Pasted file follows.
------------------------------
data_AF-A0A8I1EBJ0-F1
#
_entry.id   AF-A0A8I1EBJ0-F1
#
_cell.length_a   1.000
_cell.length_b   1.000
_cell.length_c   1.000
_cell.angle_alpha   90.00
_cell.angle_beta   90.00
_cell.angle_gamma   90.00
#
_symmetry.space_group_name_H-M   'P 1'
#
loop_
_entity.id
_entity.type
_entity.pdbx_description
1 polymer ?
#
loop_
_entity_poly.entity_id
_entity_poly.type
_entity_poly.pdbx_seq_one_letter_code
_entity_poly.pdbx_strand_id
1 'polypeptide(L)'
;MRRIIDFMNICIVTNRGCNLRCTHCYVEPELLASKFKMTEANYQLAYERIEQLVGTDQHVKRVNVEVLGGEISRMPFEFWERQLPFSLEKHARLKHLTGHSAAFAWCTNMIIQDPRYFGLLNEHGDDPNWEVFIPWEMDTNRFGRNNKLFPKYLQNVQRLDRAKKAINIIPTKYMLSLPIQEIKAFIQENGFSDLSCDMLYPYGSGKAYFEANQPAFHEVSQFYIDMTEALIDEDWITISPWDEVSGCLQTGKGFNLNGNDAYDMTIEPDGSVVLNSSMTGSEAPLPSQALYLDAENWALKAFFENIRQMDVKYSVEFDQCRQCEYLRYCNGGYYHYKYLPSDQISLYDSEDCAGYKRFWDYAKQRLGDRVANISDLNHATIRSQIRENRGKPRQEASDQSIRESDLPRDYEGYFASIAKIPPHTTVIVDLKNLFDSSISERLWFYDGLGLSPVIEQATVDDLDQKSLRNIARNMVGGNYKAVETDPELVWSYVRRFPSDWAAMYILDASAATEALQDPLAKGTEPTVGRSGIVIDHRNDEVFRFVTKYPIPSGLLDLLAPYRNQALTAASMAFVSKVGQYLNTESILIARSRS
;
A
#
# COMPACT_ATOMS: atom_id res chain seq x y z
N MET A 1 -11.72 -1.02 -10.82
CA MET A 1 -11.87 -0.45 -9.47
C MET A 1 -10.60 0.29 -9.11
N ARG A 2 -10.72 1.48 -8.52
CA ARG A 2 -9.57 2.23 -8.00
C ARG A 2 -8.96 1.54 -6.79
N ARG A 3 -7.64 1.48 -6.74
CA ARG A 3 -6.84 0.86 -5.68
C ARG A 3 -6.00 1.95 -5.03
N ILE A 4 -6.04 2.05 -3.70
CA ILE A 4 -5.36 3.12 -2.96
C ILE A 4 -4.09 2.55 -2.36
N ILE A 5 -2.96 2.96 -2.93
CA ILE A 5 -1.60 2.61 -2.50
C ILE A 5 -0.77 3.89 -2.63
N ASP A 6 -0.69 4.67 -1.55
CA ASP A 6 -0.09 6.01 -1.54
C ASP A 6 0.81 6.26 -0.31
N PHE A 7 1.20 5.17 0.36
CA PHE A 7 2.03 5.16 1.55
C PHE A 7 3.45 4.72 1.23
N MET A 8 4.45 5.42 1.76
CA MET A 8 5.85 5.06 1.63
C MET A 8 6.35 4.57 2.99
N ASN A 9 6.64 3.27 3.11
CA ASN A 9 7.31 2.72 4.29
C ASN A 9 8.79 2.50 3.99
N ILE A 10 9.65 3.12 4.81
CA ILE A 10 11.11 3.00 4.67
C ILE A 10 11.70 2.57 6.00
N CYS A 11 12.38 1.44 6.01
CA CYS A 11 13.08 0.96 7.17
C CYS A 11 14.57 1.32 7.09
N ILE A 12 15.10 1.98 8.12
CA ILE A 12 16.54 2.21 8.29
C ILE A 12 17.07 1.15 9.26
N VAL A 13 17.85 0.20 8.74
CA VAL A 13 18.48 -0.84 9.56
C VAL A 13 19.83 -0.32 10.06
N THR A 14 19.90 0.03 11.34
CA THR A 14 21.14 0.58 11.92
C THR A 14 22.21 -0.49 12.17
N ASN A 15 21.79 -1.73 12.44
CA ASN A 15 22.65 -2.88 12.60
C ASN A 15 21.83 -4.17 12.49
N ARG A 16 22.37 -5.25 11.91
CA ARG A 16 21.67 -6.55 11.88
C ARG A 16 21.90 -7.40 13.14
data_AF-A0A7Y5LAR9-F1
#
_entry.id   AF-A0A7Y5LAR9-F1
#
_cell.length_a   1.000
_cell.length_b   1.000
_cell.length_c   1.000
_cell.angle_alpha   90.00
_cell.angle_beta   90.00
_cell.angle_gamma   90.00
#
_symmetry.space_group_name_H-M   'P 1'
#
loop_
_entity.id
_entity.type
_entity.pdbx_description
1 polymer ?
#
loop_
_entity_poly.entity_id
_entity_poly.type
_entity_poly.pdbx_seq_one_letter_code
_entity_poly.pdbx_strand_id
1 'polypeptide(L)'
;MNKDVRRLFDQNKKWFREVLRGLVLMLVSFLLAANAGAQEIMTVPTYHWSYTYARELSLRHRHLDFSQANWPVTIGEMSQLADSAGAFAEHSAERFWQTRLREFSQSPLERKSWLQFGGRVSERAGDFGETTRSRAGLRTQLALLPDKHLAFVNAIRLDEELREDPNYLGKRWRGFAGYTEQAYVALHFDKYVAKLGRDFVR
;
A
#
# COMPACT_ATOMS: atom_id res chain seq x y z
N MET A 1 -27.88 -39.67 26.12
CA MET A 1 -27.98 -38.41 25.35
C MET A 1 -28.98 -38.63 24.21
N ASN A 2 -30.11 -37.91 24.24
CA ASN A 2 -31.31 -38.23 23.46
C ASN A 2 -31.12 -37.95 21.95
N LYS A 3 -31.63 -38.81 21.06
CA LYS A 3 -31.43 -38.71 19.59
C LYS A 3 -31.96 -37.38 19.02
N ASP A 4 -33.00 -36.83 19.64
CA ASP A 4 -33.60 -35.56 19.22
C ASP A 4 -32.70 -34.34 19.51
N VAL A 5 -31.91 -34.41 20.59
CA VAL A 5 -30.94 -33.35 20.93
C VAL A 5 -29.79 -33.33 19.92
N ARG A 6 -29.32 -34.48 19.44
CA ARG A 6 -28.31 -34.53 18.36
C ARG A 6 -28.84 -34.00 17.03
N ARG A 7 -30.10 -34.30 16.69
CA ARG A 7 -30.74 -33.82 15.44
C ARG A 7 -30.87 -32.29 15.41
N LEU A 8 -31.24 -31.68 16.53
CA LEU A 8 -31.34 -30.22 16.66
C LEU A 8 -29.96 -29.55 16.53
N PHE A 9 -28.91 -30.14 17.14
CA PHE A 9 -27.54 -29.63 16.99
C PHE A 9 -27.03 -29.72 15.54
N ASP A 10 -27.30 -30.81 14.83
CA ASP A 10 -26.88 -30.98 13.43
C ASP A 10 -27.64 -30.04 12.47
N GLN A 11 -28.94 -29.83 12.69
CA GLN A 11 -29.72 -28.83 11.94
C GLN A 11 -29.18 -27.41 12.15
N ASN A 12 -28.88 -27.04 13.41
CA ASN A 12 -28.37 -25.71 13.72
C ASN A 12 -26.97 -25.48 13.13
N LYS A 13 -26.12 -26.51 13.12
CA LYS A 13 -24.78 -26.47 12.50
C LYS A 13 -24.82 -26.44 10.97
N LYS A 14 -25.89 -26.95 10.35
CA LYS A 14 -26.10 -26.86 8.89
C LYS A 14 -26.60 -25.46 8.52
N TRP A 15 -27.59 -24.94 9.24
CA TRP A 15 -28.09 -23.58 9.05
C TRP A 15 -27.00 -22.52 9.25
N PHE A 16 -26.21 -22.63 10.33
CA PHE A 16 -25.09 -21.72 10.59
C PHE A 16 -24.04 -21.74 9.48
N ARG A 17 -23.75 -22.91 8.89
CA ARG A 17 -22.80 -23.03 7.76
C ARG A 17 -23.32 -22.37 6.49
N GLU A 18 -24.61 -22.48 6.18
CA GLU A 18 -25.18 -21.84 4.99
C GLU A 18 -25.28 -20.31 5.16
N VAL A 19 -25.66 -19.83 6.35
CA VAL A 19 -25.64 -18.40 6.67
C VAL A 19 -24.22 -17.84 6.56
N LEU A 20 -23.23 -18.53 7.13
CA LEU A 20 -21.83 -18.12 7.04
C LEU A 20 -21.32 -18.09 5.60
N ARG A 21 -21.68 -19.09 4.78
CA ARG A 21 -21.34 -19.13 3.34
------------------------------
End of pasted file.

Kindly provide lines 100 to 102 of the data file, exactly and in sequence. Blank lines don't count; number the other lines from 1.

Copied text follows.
_entity_poly.type
_entity_poly.pdbx_seq_one_letter_code
_entity_poly.pdbx_strand_id